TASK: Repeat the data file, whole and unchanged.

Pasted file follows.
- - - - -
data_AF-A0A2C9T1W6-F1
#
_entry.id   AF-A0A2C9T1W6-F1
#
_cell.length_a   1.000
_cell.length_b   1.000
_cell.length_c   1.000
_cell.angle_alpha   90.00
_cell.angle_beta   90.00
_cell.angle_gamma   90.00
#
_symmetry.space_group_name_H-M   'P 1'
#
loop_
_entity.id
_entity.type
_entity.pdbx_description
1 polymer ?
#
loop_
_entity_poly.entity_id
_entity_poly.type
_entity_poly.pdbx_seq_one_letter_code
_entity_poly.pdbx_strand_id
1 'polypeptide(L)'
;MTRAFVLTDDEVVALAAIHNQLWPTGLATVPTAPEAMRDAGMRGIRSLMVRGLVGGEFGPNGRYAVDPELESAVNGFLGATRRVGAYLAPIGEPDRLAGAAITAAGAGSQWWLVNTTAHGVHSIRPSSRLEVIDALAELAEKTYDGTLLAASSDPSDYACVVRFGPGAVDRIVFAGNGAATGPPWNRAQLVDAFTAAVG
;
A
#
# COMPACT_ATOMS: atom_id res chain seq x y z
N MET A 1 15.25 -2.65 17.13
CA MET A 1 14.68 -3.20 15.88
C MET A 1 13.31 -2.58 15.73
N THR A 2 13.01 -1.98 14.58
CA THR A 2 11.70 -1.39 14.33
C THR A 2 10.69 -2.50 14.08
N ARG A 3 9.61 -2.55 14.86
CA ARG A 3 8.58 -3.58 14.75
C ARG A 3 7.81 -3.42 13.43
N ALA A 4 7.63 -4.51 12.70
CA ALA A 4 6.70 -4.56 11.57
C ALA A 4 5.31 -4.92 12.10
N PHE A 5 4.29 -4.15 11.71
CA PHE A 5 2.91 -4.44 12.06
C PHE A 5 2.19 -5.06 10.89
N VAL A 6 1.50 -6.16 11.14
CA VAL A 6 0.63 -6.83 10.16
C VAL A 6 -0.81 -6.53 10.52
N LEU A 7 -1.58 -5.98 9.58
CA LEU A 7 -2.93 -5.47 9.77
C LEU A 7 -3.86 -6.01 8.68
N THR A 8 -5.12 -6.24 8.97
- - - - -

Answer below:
data_AF-A0A2C9T1W6-F1
#
_entry.id   AF-A0A2C9T1W6-F1
#
_cell.length_a   1.000
_cell.length_b   1.000
_cell.length_c   1.000
_cell.angle_alpha   90.00
_cell.angle_beta   90.00
_cell.angle_gamma   90.00
#
_symmetry.space_group_name_H-M   'P 1'
#
loop_
_entity.id
_entity.type
_entity.pdbx_description
1 polymer ?
#
loop_
_entity_poly.entity_id
_entity_poly.type
_entity_poly.pdbx_seq_one_letter_code
_entity_poly.pdbx_strand_id
1 'polypeptide(L)'
;MTRAFVLTDDEVVALAAIHNQLWPTGLATVPTAPEAMRDAGMRGIRSLMVRGLVGGEFGPNGRYAVDPELESAVNGFLGATRRVGAYLAPIGEPDRLAGAAITAAGAGSQWWLVNTTAHGVHSIRPSSRLEVIDALAELAEKTYDGTLLAASSDPSDYACVVRFGPGAVDRIVFAGNGAATGPPWNRAQLVDAFTAAVG
;
A
#
# COMPACT_ATOMS: atom_id res chain seq x y z
N MET A 1 15.25 -2.65 17.13
CA MET A 1 14.68 -3.20 15.88
C MET A 1 13.31 -2.58 15.73
N THR A 2 13.01 -1.98 14.58
CA THR A 2 11.70 -1.39 14.33
C THR A 2 10.69 -2.50 14.08
N ARG A 3 9.61 -2.55 14.86
CA ARG A 3 8.58 -3.58 14.75
C ARG A 3 7.81 -3.42 13.43
N ALA A 4 7.63 -4.51 12.70
CA ALA A 4 6.70 -4.56 11.57
C ALA A 4 5.31 -4.92 12.10
N PHE A 5 4.29 -4.15 11.71
CA PHE A 5 2.91 -4.44 12.06
C PHE A 5 2.19 -5.06 10.89
N VAL A 6 1.50 -6.16 11.14
CA VAL A 6 0.63 -6.83 10.16
C VAL A 6 -0.81 -6.53 10.52
N LEU A 7 -1.58 -5.98 9.58
CA LEU A 7 -2.93 -5.47 9.77
C LEU A 7 -3.86 -6.01 8.68
N THR A 8 -5.12 -6.24 8.97